GNPC Holds on to $100Million Oil Proceeds Meant for the Ghanaian Treasury

Ghana National Petroleum Corporation (GNPC) is holding, in its account, about $100Million that should otherwise have been paid to the country’s Petroleum Holding Fund.

The money is part of the proceeds of crude oil export in the first half of 2022.

Following the acquisition of 7%, interest in the Jubilee and TEN Oilfields by GNPC in 2021 (later ceded to its subsidiary, Jubilee Oil Holding Limited – JOHL), reports the Ghanaian Public Interest Accountability Committee (PIAC), “JOHL made its first lifting (944,164bbls) on the Jubilee Field in the First Half 2022, amounting to $100,748,907.95. This amount was not paid into the Petroleum Holding Fund (PHF)”.

The PIAC, in its just released 1H 2022 report, recommends that “the proceeds of liftings by JOHL should be paid into the Petroleum Holding Fund (PHF), as the Committee is convinced that the proceedsform part of Ghana’s petroleum revenues”.

The PIAC also notes that “Capital Gains Tax was not assessed and collected by the Ghana Revenue Authority in the sale of the 7% interest by Anadarko in the Jubilee and TEN Fields in 2021”, and when the committee requested for explanation, “the Ghana Revenue Authority referred the Committee to the Ministry of Finance indicating that the Ministry was exclusively in charge of the transaction. The Ministry of Finance in turn referred the Committee to the Ghana Revenue Authority for answers”.

The lack of assessment of Capital Gains Tax of upstream asset sale by revenue authorities in the land was “contrary to Section 6(e) of the Petroleum Revenue Management Act, 2011 (Act 815)”, PIAC maintained.

The 186-page report observes an overall tardiness in petroleum revenue collection in 1H 2022. “Surface Rentals outstanding continue to increase”, it points out. “As at the end of H1 2022, the balance outstanding was $2,774,702.29 constituting an increase of 7.58% percent on the surface rentals of $2,579,170.21 at the end of 2021.

“The Ghana Petroleum Funds received an amount of $390,029,916.55 for the H1 2022, which is 91.43% percent higher than the budgeted allocation of $203.75Mllion for the GPFs for the full year in compliance with Section 4(a)(iii) of the Petroleum Revenue Management (Amendment) Act, 2015 (Act 893).

“The retention of the current cap of $100Million on the GSF for the year 2022 is not in accordance with the formula stipulated in the Petroleum Revenue Management Regulations, 2019 (L.I. 2381). A proper application of the formula would have returned a figure of $460,633,074.02.

The PIAC is an independent statutory body mandated to promote transparency and accountability in the management of petroleum revenues in Ghana.


Saipem Wins €1Billion Contracts for Cote D’Ivoire’s Field Development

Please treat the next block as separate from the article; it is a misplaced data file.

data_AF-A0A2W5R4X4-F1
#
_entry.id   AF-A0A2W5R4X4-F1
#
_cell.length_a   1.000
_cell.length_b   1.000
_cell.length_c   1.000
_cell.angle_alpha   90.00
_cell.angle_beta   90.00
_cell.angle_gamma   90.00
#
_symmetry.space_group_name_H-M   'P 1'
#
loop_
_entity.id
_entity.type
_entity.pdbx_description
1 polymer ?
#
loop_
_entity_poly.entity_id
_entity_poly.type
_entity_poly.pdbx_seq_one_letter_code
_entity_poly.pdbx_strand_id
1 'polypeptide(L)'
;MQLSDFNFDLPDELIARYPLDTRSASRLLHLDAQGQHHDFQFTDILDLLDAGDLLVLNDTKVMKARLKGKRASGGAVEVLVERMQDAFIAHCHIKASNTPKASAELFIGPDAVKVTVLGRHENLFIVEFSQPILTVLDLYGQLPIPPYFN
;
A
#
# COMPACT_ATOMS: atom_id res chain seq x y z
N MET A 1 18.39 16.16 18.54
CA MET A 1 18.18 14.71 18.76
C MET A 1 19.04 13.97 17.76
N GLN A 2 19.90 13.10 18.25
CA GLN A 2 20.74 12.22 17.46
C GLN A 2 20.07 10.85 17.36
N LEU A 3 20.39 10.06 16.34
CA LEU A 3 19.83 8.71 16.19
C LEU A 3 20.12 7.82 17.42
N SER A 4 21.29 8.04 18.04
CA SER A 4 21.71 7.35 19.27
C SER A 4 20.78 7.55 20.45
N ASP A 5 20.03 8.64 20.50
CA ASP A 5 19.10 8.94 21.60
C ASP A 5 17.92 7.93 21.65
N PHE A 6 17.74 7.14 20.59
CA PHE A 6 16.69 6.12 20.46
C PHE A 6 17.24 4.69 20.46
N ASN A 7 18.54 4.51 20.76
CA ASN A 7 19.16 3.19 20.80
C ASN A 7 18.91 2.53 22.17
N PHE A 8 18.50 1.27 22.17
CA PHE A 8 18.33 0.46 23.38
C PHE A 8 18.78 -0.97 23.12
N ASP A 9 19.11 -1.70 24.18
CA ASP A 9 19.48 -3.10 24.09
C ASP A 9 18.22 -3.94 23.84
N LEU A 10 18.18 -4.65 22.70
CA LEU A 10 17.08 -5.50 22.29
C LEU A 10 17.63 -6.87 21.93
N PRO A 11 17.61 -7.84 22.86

The ENI Cote d’Ivoire-Petroci consortium, a partnership of Italian explorer ENI and Cote d’Ivoire’s state owned Petroci, has awarded the major contracts for the development of Cote D’Ivoire ‘s large deepwater oil development to Italian contractor Saipem.

There are two new contracts and they are “worth approximately 1Billion euro overall”, Saipem says in a statement released September 27, 2022.

The contracts are for the Baleine Phase 1 Project, for the development of the relative oil and gas field offshore Ivory Coast located at a 1,200m water depth. “The Baleine Prospect represents the largest commercial discovery in the country in the last 20 years”, Saipem explains. The field was discovered in 2021 and it holds over 1Billion barrels of oil in recoverable reserves, ENI itself has disclosed.

The first contract entails Engineering, Procurement, Construction and Installation (EPCI) activities of Subsea Umbilicals, Risers and Flowlines (SURF) and of an onshore gas pipeline for the connection to the distribution grid. The offshore laying of flexible lines, risers and umbilicals will be executed by Saipem’s flagship vessel FDS2 and the development of the project will be on a fast-track basis. The start of operations is planned for the fourth quarter of 2022.

The second contract – also expected to be a fast-track – encompasses Engineering, Procurement, Construction and Commissioning activities regarding the refurbishment of the Firenze FPSO vessel, plus 10 years of Operations and Maintenance services of the vessel.

The award of significant contracts in a new area with great potential such as Cote d’Ivoire represents an important recognition of Saipem’s role as a contractor of excellence for the execution of complex projects requiring the integration of drilling, engineering and construction skills – both onshore and offshore – on a fast-track basis. These contracts also consolidate Saipem’s strategic positioning in West Africa.